05
Dec

In my previous post, I talked about some really interesting research I heard presented by Dr. Mark Fenske.  His talk focused on the brain mechanisms associated with self-control. Take a read through it before reading today’s tips for how to increase your self-control.

Self-control—Exercise for your Brain

Maintaining self-control requires attention and energy, which we can only achieve for so long. It turns out that brain exercise (like physical exercise) is taxing and requires that we have ample fuel to power the engine. In the case of the brain, the fuel is glucose.

Think about times when your self-control lost the battle; where you let the forces of instant gratification win.  Had you slept well the night before? Were you 6 hours into a meeting? Had you worked through with no lunch? Were you on a sugar crash after the afternoon cookies wore off?  Probably.

You need to remember that winning the self-control war literally takes energy.  When you make the conscious or unconscious decision not to resupply the troops in the frontal-lobe army, you leave them very vulnerable to attack by the wily, self-serving pleasure platoon.

Some guidelines to help win the war

  1. Invest in your own resilience with sleep, exercise, and nutritious food. When things get hectic and pressures increase; just when you might be tempted to reduce your amounts of all three—double down!
  2. Provide a quick “check in” with your teammates at the start of a meeting if you’re feeling stretched, distracted, or worn down. “I’m going to need your help today, I’m feeling a little frayed.”
  3. Resist the temptation to skip breaks and lunches—particularly if you are overloaded because it’s a stressful time! Your team will get more work done and do less damage if you take the breaks. Set an alarm if you have to.
  4. Make important decisions and have difficult conversations early in your meetings.  Save housekeeping stuff for the end of meetings when you’re getting worn down.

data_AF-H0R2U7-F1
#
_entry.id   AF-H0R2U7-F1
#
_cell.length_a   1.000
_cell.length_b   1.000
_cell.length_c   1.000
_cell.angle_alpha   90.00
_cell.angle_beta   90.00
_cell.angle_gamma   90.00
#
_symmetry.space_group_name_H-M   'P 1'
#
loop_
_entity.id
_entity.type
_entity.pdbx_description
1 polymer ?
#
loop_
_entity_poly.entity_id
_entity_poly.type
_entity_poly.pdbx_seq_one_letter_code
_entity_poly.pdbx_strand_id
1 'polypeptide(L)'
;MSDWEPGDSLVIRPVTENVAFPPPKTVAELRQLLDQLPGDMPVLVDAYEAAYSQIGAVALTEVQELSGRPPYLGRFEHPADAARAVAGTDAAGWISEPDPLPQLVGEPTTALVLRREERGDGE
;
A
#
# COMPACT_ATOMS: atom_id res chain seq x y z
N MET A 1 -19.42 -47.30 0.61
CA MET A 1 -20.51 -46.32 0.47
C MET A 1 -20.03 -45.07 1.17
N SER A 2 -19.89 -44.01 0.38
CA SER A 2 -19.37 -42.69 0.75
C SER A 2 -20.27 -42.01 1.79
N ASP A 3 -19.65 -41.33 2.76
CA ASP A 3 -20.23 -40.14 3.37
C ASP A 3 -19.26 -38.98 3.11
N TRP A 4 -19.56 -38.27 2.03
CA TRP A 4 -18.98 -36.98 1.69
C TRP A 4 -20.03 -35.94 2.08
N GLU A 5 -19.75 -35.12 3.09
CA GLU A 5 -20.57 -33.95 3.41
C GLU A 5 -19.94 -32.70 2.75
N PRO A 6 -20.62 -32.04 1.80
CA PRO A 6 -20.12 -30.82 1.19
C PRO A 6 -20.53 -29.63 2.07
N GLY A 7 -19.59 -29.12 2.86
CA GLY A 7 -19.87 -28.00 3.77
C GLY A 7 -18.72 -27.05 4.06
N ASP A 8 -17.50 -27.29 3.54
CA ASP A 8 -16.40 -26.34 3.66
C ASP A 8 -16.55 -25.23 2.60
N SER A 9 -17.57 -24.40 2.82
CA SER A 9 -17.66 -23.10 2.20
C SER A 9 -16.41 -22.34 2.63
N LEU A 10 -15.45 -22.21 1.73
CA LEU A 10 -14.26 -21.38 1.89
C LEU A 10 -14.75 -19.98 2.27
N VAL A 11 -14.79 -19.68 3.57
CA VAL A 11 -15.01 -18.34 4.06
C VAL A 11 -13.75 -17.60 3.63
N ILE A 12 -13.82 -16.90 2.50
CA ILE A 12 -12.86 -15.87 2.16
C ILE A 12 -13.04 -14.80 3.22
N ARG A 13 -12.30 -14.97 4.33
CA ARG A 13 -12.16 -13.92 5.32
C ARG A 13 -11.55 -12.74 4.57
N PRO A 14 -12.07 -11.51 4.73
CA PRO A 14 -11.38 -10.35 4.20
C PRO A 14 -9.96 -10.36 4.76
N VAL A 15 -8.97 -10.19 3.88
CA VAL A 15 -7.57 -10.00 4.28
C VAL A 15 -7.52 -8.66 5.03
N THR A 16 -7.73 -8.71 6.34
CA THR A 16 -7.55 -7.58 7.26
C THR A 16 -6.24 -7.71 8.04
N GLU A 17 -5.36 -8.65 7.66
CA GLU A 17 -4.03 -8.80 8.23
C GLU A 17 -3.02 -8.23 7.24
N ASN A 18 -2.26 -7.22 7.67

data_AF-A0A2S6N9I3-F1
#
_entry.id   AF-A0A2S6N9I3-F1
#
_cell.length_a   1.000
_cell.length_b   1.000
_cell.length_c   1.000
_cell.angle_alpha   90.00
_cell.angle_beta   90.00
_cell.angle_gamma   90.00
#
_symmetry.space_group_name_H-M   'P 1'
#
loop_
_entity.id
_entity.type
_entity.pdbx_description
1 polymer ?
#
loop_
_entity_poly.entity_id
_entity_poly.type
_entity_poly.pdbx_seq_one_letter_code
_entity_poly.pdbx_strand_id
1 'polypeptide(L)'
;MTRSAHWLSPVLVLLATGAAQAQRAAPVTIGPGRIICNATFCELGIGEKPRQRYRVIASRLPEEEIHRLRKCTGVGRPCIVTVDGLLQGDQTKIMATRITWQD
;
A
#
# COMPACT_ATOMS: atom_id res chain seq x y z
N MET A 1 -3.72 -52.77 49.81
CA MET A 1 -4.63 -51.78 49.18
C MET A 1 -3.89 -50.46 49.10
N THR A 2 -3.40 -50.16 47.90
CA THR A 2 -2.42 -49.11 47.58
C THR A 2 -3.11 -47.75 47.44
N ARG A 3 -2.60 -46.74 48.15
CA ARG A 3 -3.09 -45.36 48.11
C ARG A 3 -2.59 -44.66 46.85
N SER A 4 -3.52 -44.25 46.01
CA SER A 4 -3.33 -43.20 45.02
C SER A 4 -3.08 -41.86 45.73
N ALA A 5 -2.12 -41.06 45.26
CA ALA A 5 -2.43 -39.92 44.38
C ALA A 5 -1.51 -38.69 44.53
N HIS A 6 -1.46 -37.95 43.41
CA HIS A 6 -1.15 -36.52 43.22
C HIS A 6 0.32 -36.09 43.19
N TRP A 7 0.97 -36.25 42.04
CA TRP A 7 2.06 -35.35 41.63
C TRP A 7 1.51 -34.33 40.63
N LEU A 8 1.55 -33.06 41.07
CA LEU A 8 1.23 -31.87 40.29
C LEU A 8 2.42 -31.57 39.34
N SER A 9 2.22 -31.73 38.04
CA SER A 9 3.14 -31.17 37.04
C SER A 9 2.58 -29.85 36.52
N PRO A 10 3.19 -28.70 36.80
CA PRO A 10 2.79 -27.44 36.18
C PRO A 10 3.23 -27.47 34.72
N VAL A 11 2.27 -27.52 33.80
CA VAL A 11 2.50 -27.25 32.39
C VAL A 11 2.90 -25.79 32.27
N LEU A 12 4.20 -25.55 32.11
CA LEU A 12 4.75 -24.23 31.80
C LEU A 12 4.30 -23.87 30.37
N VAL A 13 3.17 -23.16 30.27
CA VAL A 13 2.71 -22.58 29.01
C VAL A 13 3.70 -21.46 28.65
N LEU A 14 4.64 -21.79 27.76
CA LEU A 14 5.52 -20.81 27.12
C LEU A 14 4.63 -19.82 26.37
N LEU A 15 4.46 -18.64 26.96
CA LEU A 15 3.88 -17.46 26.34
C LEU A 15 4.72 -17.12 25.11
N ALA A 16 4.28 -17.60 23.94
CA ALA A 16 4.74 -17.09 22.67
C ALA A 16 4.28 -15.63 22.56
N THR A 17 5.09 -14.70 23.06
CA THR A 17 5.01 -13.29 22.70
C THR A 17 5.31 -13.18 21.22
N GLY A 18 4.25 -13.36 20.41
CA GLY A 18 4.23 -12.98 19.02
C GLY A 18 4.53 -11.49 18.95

5. Talk to the person who caters meetings and fill the room with better options: protein for lunch, nuts and whole grains for snacks.
  6. Pay attention to fatigue. When you feel it, take a break. Grab a quick walk to the cafeteria. Listen to an energizing song on your iPod. Watch a 10 minute TED talk. Heck, show an inspiring short TED talk to the whole team. For your convenience, here are three talks each under 10 minutes that might just give your team the break it needs.
    1. The best gift I ever survived (poignant for when you need to remember we’re all human)
    2. High tech art (fun and ingenious when you need to lighten a heavy mood)
    3. Tracking our online trackers (interesting and informative when you need to increase creativity)
  7. Call it when it happens “guys, I’m worn out and I didn’t handle that very well.”

I’d love to hear what you’ve learned about keeping your resilience up and maintaining self-control. Share any tips in the comments.

Further Reading

Strengthen your Self-Control Part I

In the Mirror: Where do you get you Self-Esteem

Wasted Time in Meetings

2 Responses to Strengthen your self-control Part II

  1. Tiina

    Hi Liane….one thing that I have found that works with my coaching clients who struggle with self control is to give themselves a ‘zero tolerance goal’ for losing it. By that I mean, they set themselves a goal of never losing it in front of people. Now…no one is perfect and we sometimes lose it but for the person who thinks they can’t control it they find out quickly that by having the goal they can have control and make better decisions. One of my coaching clients who had this problem and set the goal told me that it did result in them having to go home early on numerous occasions so that they didn’t lose it in the office but at least no one witnessed it and it didn’t destroy their credibiity.

  2. Lisa L

    I have recently discovered setting a limit (depending on what I am struggling with) is a good way for me to help win the small battles in the realm of self-control. For example, if I’m not living up to my goal of exercising/eating healthy everyday then I tell myself: “You’re allowed to have 2 cheat days a week. Yesterday and the day before were your cheat days – now it’s time to get back on track.” It can be difficult to be good all the time, and knowing that I am going to get a break/reward helps me at times. Then I work towards lessening my reliance on the reward to keep me motivated.

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